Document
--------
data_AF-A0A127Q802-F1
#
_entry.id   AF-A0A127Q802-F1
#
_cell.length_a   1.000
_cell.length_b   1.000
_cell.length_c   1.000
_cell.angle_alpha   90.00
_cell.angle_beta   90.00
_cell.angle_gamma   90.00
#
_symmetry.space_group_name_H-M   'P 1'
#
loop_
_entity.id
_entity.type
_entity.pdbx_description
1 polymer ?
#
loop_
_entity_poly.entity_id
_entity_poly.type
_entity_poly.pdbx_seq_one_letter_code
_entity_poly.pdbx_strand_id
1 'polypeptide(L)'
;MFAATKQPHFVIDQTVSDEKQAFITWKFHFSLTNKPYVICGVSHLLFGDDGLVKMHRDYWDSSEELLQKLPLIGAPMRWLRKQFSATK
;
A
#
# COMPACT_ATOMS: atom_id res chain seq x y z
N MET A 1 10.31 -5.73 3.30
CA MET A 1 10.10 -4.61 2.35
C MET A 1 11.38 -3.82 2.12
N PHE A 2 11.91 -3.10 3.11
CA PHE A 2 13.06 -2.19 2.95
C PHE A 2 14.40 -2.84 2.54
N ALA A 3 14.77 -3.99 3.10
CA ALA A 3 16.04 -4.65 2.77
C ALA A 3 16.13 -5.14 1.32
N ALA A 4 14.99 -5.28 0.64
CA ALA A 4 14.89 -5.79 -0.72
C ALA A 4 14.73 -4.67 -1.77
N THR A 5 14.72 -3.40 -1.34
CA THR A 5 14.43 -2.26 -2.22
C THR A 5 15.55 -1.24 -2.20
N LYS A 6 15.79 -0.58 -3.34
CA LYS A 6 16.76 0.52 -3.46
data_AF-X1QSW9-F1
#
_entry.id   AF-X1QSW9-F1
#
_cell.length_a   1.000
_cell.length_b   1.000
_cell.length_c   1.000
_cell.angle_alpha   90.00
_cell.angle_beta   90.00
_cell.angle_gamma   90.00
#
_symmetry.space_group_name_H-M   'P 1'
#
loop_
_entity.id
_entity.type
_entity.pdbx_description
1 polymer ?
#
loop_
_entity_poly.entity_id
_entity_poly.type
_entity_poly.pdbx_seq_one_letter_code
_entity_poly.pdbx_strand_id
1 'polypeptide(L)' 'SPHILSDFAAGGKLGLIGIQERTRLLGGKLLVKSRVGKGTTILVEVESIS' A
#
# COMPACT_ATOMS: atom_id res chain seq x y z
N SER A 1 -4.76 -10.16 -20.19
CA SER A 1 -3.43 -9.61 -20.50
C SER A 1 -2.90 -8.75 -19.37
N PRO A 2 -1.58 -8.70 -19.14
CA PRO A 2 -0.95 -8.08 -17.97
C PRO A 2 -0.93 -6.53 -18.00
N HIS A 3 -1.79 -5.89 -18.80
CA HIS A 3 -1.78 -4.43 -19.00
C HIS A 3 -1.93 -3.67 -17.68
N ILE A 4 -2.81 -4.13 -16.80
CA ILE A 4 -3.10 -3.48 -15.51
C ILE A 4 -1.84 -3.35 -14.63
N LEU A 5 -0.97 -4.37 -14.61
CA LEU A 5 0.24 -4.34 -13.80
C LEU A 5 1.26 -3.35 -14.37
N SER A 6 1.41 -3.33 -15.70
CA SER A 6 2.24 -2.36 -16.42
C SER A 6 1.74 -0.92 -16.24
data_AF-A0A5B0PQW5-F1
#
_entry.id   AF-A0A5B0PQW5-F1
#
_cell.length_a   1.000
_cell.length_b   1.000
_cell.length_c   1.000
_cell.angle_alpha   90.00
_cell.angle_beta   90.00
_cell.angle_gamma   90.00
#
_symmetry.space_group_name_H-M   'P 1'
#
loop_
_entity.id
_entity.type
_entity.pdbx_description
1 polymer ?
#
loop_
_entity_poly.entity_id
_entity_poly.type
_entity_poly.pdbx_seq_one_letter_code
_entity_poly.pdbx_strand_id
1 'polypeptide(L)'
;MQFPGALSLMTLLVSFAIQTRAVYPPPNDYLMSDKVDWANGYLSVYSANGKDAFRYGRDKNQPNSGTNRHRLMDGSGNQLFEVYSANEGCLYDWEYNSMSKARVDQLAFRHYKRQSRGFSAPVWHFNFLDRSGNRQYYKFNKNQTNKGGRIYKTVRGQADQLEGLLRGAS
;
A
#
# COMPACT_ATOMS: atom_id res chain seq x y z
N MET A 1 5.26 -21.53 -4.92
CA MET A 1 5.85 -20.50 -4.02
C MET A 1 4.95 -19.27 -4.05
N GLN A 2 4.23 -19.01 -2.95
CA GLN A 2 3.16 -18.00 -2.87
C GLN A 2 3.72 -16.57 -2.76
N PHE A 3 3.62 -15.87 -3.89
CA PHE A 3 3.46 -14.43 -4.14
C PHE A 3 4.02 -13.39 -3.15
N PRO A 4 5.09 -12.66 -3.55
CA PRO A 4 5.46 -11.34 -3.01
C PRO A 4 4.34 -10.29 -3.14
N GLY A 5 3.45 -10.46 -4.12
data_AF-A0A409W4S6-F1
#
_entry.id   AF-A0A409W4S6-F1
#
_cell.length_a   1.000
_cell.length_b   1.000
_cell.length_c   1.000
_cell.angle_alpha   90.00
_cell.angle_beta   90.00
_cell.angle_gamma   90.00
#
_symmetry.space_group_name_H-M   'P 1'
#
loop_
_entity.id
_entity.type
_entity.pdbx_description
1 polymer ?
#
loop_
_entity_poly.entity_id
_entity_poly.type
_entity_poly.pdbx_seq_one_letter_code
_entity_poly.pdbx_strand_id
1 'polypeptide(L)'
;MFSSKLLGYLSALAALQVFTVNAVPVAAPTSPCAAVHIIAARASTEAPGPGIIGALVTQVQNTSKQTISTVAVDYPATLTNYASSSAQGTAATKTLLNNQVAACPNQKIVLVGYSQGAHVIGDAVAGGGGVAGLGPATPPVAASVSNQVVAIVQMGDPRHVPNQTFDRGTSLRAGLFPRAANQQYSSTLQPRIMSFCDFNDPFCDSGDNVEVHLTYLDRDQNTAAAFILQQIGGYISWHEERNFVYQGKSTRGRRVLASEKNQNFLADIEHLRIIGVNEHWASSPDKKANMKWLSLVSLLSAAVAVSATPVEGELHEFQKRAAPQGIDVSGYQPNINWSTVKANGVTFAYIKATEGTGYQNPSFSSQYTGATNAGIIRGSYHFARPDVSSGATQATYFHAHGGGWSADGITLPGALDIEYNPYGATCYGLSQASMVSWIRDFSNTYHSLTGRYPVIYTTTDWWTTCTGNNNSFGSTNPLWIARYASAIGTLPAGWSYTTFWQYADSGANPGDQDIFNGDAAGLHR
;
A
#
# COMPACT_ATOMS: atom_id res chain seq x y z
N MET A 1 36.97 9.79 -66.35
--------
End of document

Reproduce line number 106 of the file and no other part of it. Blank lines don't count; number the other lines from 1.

loop_